It was not a thing I expected to see while on a Chick-Fil-A lunch run.
But there it was, directly opposite the drive-through menu board for ordering: A possum in a tree.
First thoughts: What’s wrong with it? Why would a possum be out and about during the day?
Next thoughts: Where did it come from? Why is it here? Has the smell of food lured it? Did it somehow manage to cross the busy street? Or (I shuddered): Will it TRY to cross the busy street? What will become of it?
Then: I need a picture. I’ll have to write about this.
And so I left the drive-through with the possum’s image preserved in my phone. Before I pulled into traffic, I looked back at the tree one last time. The animal wasn’t there any more.
It’s hard, for a storyteller, to not know fate or destiny.
I wondered many things as I drove away: Will restaurant workers or patrons call Animal Control? What does Animal Control do in a case like this? Will some random person decide to shoot it, deciding it poses a safety hazard, or just for the sake of shooting it? I am not a big fan of opossums but I didn’t want harm to come to it. Maybe it was old, weak, confused, like a person wandering in a nursing home. Maybe it was a female with babies hidden in her pouch. One Sunday morning when I was coming home from church a possum darted in front of my car. “Dart” isn’t really accurate; it hobbled as fast as it could. A mother laden with knobbly pink and gray babies on her back. Four little faces with eyes looking right at me. I slowed; they skittered across the road to safety.
That time, anyway.
And so I remembered them as I drove farther from my drive-through possum, contemplating the whole gamut of what might happen to it. Then, thankfully, my fanciful side kicked in: It knew where the speaker was. Maybe the possum comes on a daily basis to place an order: “Twenty-piece nuggets, please. Don’t forget my ketchup.” With those little pink hands, it could probably peel the ketchup foil back for dipping. Maybe the famous renegade cows are initiating this possum for the next round of their advertising campaign to ‘Eat Mor Chikin‘. . .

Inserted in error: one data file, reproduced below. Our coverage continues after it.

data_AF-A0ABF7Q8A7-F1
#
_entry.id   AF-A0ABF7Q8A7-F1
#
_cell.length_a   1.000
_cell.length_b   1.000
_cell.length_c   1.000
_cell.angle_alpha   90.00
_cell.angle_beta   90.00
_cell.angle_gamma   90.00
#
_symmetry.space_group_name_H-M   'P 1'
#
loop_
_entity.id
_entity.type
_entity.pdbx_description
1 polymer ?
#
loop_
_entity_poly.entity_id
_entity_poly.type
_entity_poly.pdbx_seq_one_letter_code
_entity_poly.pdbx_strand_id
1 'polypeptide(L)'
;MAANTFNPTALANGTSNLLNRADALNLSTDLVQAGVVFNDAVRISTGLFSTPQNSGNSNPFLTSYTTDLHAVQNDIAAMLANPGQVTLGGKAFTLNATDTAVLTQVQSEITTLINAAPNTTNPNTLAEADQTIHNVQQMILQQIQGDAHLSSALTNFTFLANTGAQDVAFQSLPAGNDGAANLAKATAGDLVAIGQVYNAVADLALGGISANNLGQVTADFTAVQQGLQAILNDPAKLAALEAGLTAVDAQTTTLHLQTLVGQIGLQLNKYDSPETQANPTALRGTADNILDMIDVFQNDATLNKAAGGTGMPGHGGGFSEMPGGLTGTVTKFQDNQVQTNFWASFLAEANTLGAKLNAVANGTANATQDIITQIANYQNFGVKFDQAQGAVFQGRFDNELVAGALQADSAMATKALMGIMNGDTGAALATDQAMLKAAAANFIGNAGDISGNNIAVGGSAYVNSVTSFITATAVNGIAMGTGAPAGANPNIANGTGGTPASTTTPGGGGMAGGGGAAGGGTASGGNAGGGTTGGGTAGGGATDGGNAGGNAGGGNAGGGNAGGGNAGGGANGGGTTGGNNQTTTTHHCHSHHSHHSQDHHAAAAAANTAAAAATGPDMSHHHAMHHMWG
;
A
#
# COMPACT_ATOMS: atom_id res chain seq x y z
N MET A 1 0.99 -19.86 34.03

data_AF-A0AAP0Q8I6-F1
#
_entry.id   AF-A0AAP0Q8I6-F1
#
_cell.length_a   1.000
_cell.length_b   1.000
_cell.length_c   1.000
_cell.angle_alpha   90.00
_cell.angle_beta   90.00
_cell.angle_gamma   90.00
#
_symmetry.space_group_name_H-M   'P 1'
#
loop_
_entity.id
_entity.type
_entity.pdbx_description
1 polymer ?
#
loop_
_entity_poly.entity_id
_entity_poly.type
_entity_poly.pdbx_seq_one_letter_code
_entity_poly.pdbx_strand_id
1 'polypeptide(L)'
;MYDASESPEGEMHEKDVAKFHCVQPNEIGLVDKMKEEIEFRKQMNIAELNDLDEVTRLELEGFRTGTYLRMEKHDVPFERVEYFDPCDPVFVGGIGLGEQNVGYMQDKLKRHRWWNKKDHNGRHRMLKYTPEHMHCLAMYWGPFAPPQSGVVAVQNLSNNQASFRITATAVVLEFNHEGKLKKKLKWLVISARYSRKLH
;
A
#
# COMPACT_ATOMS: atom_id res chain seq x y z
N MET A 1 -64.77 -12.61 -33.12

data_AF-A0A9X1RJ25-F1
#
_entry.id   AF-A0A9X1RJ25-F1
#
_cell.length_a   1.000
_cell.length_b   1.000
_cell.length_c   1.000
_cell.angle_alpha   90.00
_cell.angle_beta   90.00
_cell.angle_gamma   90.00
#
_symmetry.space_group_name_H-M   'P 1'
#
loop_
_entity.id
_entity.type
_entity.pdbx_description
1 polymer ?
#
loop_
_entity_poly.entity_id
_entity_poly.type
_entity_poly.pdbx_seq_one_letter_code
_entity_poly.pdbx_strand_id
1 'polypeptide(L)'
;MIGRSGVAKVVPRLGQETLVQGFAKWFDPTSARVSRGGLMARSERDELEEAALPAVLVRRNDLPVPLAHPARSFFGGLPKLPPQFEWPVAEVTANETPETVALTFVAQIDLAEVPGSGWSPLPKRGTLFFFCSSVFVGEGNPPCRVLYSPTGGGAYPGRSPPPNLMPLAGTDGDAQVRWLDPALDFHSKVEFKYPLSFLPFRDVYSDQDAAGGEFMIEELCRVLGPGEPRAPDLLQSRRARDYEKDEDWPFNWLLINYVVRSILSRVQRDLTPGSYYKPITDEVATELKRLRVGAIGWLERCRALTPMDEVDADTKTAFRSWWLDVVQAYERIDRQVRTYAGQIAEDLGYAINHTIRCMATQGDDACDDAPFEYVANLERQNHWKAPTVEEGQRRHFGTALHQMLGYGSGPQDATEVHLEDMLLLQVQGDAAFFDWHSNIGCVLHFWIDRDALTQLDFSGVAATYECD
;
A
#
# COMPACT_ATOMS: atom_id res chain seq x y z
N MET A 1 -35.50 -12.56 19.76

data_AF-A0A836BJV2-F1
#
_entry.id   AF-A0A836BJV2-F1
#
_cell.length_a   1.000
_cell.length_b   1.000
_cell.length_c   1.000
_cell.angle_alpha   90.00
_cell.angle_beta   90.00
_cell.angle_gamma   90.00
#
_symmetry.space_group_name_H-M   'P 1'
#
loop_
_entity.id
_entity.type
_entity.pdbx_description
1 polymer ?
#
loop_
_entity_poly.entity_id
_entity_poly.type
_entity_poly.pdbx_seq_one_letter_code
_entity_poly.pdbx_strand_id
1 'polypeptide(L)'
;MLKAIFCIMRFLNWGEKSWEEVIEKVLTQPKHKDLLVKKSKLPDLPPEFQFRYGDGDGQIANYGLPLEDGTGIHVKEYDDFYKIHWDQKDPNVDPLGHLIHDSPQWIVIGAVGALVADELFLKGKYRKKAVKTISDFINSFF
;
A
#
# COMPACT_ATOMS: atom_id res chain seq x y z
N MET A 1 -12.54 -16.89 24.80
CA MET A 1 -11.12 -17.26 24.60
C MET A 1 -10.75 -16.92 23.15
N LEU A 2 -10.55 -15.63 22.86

Oh, I thought, children would really like that story! I wonder what THEY would write . . . ?
There was a time when I’d take the photo and my story right into classrooms, across grade levels, as a model for any kind of writing. Small moment narratives, opinion, informational (for I ended up researching why an opossum would be so visible during the day and guess what? It’s not out of the ordinary at all. I further learned that opossums have a natural resistance to rabies and snake venom. Imagine people shooting it out of the tree because they don’t know). As an intro I might ask students if they know that the opossum is the only marsupial native to the Americas and link it to the koalas and kangaroos in Australia; we might consider relief efforts and life preservation, for all life is connected.
I’d even use my possum for teaching poetry writing. My mind is playing, this very minute, with opposite and opossum and tree and see, with an atmosphere of fear, wishing for a safe place. . . and of course there’s the fabulous fun of writing fantasy. Perhaps this possum took Chik-Fil-A home to its family where the bigger possum kids are playing video games (it always appears in some students’ writing). Maybe the possum babies got their nuggets “to go,” eating them in their mother’s pouch, with the littlest one crying that it didn’t get a toy . . .
The possibilities—or, in this case, “possumbilities”—are endless.
Or were endless, in the days when we did those kinds of writing, in that way, before the advent of programs that “incorporate” writing via a series of formulaic steps with whole classes writing on the same thing for the same amount of prescribed time. When authentic process was valued above uniform product and the end results were all different, because students—humans—are all different. In the days when students asked questions they generated themselves, because they really wanted to know the answers, because the answers mattered to them. When mining their own experiences for meaning lit up their faces and exploring their own ideas illuminated their minds. When the most priceless gift of childhood, imagination, wasn’t constrained and when teachers were not conscripted to teaching writing this way (with some believing that it’s better because it’s “easier”).
I saw a possum in a tree.
And I wondered, knowing I’d write about it, to find out why I needed to write about it.
It’s not about knowing fate or destiny.
It’s all about seeing possibilities, great and small, without and within, following a thread of thinking, of feeling, of life, to see where it takes you.
In other words, not blindly driving through and missing possumbilities.